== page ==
Staley

THE STALEY FAMILY

..taken from Press Observer May 13, 1976

Submitted by: Martha Kounse

Walter Hatten remembers that his Uncle James I. Staley, son of Solomon Staley (Mr. Hatten’s grandfather), “was better informed about the family than most of the others, being the eldest. He lived to be 97 years old. He told me that the Staleys first settled about Harper’s Ferry, WV, in Jefferson County before coming to Cabell County. He said they were well trained in military matters, probably having been trained in the German Army. They left Germany because they did not want to spend many years in military service.

Both Mr. Hatten and Robert Staley believe the Staleys previously had emigrated to Germany from England in search of religious freedom. Robert says, “Parish rolls in England show many Stephen Staley.” He hopes he can go to England some day to see if he can learn more about the Staley family there.

Have you ever noticed Staley Syrup in ads and on grocery shelves? Recently Harvey Staley told me that two uncles of his Grandfather Jacob Staley (who married Elizabeth Burks) went to Illinois and took up corn land. (I suppose that means they homesteaded it). They raised find crops, but had little sale for corn. Then they began making corn syrup and selling it, and this was the beginning of the Staley Syrup Company, which is still in existence. He thought their names were Jack and Daniel.

Long years ago, Pansy Stanley Kincaid first told me that two of Joseph Staley’s sons and/or their descendants were the original syrup manufactures. According to Colonel George S. Wallace, Joseph Staley, son of the first Stephen, “married a Miss Hiezey, a German, who family lived on Four Pole…The Hisey Fork of Four Pole gets its name from this family. Joseph Staley and his family moved to Urbana, Ill., and one of his sons, Calvin, became a Judge.” Joseph was married to Margaret Highs on Feb. 3, 1832 in Cabell County.

A friend searching the Ohio branch of the Bowmen family noted recently that in Lawrence County, Oh a Marriage License No. 77 was issued on Feb. 27, 1820, to Daniel Staley and Rebecca Bowen, and that they were married by Joel Bowen, J.P. Daniel was a brother of Joseph. Walter Hatten states, “This family moved West at an early date.” Harvey Staley believes they settled in the vicinity of Decatur, Ill. Possibly Joseph and Daniel’s families could have cooperated in the syrup venture.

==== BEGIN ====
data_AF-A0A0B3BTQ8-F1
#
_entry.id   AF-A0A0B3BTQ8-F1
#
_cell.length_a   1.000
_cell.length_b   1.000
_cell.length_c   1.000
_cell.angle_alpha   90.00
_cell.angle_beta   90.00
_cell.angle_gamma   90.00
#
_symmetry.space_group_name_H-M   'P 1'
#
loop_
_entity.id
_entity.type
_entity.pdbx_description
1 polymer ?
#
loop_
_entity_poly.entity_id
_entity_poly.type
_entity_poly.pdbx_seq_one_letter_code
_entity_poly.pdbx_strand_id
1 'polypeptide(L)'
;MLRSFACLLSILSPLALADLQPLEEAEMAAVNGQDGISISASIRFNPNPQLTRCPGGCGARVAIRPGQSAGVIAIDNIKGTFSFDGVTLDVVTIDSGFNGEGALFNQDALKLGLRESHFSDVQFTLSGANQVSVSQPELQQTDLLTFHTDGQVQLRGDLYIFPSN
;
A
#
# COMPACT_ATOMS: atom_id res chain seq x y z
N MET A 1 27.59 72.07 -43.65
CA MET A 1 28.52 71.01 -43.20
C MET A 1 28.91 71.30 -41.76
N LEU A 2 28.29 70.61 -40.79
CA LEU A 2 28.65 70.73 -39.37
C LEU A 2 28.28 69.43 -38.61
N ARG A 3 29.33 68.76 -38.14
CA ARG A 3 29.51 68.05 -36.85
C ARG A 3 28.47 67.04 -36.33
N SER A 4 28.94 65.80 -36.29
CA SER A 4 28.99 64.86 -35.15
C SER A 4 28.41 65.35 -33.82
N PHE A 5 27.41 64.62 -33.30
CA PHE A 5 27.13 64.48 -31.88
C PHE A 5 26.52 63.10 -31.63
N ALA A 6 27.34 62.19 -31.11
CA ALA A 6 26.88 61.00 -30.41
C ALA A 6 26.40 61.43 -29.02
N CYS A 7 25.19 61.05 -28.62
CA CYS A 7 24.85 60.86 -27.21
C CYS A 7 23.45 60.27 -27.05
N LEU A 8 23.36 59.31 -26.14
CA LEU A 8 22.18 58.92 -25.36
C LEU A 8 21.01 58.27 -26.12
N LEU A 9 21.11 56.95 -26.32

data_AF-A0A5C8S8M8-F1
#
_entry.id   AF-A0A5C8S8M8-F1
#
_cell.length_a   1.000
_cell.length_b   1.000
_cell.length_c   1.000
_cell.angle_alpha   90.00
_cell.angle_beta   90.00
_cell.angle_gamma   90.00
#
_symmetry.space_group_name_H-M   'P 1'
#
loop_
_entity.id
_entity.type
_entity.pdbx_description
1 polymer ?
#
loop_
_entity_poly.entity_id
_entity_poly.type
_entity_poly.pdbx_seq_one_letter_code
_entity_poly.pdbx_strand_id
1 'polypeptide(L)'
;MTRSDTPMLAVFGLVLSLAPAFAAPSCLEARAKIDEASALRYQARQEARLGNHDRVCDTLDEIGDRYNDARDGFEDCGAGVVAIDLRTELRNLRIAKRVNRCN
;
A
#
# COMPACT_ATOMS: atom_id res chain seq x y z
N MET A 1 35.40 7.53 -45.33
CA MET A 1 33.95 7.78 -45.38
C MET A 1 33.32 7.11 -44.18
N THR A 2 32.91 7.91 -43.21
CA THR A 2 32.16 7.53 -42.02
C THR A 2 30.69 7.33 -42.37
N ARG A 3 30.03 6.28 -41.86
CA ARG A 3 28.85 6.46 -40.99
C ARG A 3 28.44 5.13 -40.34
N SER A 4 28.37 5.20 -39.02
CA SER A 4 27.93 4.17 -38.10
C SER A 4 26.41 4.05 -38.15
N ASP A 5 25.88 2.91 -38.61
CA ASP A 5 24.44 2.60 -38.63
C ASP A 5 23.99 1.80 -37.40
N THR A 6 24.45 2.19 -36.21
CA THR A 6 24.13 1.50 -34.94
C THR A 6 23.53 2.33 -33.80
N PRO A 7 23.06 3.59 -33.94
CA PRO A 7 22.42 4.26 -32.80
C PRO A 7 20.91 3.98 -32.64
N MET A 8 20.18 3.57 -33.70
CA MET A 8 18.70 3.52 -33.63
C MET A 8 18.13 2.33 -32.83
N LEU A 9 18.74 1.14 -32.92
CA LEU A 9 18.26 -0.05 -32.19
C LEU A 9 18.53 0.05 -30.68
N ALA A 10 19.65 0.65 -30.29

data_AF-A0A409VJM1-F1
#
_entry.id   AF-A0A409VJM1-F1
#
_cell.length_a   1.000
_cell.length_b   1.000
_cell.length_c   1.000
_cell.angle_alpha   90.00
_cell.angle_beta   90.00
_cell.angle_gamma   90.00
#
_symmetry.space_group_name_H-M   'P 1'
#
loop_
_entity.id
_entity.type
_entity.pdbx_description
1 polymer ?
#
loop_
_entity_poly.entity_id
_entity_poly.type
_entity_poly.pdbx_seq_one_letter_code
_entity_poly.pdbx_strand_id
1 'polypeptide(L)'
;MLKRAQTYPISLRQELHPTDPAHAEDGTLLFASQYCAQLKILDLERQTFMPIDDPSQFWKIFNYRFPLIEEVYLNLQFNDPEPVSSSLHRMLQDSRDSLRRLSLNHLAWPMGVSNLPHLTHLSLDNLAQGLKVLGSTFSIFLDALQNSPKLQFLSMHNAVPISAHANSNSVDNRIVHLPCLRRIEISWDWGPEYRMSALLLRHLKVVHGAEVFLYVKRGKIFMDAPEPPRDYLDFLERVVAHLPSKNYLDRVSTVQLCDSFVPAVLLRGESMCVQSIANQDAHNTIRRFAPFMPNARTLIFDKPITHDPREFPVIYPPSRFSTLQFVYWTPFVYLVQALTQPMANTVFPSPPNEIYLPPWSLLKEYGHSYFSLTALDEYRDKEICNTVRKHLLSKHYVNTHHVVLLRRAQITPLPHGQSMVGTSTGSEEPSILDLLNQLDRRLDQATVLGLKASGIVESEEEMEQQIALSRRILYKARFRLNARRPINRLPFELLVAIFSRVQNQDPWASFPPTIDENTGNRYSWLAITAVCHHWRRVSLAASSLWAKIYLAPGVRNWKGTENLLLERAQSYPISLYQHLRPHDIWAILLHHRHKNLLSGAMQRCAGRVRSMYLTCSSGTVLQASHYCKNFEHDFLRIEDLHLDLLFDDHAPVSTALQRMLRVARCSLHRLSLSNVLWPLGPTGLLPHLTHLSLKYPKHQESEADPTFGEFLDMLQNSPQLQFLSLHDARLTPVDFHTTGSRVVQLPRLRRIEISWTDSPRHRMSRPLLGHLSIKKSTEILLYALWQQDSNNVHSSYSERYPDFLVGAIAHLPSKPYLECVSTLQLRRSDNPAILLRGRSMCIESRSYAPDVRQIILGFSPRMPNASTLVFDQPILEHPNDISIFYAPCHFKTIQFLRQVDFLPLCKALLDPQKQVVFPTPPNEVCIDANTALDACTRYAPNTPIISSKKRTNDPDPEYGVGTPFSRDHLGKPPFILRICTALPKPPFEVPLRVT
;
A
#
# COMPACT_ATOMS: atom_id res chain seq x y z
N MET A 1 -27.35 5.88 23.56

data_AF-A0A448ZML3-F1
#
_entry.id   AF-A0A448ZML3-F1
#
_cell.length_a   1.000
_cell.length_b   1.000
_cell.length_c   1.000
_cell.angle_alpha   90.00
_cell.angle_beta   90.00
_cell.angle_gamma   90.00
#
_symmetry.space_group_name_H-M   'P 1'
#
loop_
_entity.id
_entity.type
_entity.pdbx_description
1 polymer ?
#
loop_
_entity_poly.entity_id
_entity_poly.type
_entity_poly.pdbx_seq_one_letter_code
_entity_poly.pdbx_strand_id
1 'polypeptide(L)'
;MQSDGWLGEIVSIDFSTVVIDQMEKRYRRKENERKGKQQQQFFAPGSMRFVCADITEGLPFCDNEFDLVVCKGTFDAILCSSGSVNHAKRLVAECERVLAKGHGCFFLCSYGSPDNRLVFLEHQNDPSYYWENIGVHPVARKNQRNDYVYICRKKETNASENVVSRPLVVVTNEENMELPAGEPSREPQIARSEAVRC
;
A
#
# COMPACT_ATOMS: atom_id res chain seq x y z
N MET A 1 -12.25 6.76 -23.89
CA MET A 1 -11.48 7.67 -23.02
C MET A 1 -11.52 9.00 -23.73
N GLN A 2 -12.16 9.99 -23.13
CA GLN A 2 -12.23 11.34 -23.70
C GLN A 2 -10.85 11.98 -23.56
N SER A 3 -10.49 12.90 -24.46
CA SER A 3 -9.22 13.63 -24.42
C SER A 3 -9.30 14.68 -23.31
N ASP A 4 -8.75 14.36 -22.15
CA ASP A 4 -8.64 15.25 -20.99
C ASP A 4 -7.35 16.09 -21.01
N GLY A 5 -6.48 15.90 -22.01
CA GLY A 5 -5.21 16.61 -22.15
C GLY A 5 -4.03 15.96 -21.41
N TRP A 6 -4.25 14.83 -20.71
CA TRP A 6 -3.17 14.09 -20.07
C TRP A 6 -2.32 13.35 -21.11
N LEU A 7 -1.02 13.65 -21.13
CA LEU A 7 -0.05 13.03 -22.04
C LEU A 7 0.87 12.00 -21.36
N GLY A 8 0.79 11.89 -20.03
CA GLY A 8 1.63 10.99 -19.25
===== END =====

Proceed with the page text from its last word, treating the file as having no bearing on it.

Looking over Cabell County records, Mr. Hatten found listed among juror for the period 1814-1843 the following: Jacob Staley 1815, 1817; Stephen Staley 1814, 1818, 1830, 1836; Michael Staley 1833, 1843; Joseph Staley 1826 and Daniel Staley 1818, 1826. According to information on Stephen Jr’s tombstone, he was born Feb. 6, 1796, therefore would have been too young to serve in 1814, and only 22 in 1818. It seems likely that Stephen Sr., was the juror both of those years since he died before 1830, his son Stephen served in 1830 and 1836.

Solomon Staley, son of the second Stephen and his wife, Mary, was born on Whites Creek. After his return from service in the Union Army during the Civil War, he married Nancy Fuller on April 12, 1866. Nancy was born in Pike Co., KY and a daughter of John and Selie Anderson Fuller, and a sister of Hiram Fuller. During their later years, they lived on Gragston Creek. Children of Solomon and Nancy Staley were:

James I. Staley (m. Effie L. Lycan); William H. Staley (m. Judy Murray); Ralph Staley (m. Sadie Davis); John Staley (m. Nov. 5, 1910 Elizabeth Perdue daughter of Thomas Perdue and Cynthia Booth Perdue); Strother Staley (m. in Fort Wayne, Ind.); Mary Staley (m. Abraham Hutchison); Anna Staley (died young); Oceola Staley (m. James D. Hatten and were parents of Walter Hatten); Rosa Staley (m. James Pemberton); and Selia Staley (m. Wade Strother).

Stephen Calvin Staley (son of Jacob and Elizabeth A. Burks Staley) married first Julia E. Smith (daughter of the Rev. Harrison Smith, a brother to the Rev. Allie Smith). Their children; Marion Staley (m. Mary Walker on Nov. 5, 1898); Edward Staley (m. Virginia Mills, daughter of Kim Mills on Oct. 5, 1900); and Frankie F. Staley (m. Pearly Jackson).

Stephen C. Stanley married second, Della Sheppard, daughter of Harvey and ? Booth Sheppard on Sept. 10, 1891. Their children: Everett W. Stanley (m. Ligae Vaughan, daughter of Thomas Vaughan); French Staley (never married); Effie Staley (m. the Rev. George “Bud” Smith, a first cousin of the Rev. Allie Smith); Harvey Staley (m. Verna Mills, daughter of Milton J. Mills); Henry Burgess Staley (m. Eva Lester, and they had three children); and Kim Staley (never married.

Stephen C. Staley was the fourth generation in our area to bear the name Stephen. Information concerning his family was provided by Harvey Staley.

Another Staley family of interest to me because of many friendships among descendants is that of Jacob Staley (b. 28 Apr. 1817 to Stephen and Mary Staley of Whites Creek and marr. at the age of 29 on 15 Sep 1846 to Elizabeth Alice Burks). He died less than 15 years later (22 June 1861) at the age of 44, leaving a family of eight children.

Little has been learned about Elizabeth Alice Burks Staley. Who was she? What was her relationship (if any) to Edward P. Burks who married Margaret Chadwick, and to Leah Burks, who married Jesse Wright? We know that she was a loved Mother which is attested by a verse engraved on her tombstone:

A loved one is gone from our circle,
On earth we will meet her no more,
She has gone to her home in Heaven,
And all her afflictions are o’er.

Apparently her birth date has been lost from her gravestone, which was badly damaged by time, or other forces. Robert Staley says he had made extensive repairs to it. She lived less than 16 years after her husband’s death, (31 May 1877). Almost four of those years were during the Civil War, a time of hardship in Wayne County, as elsewhere.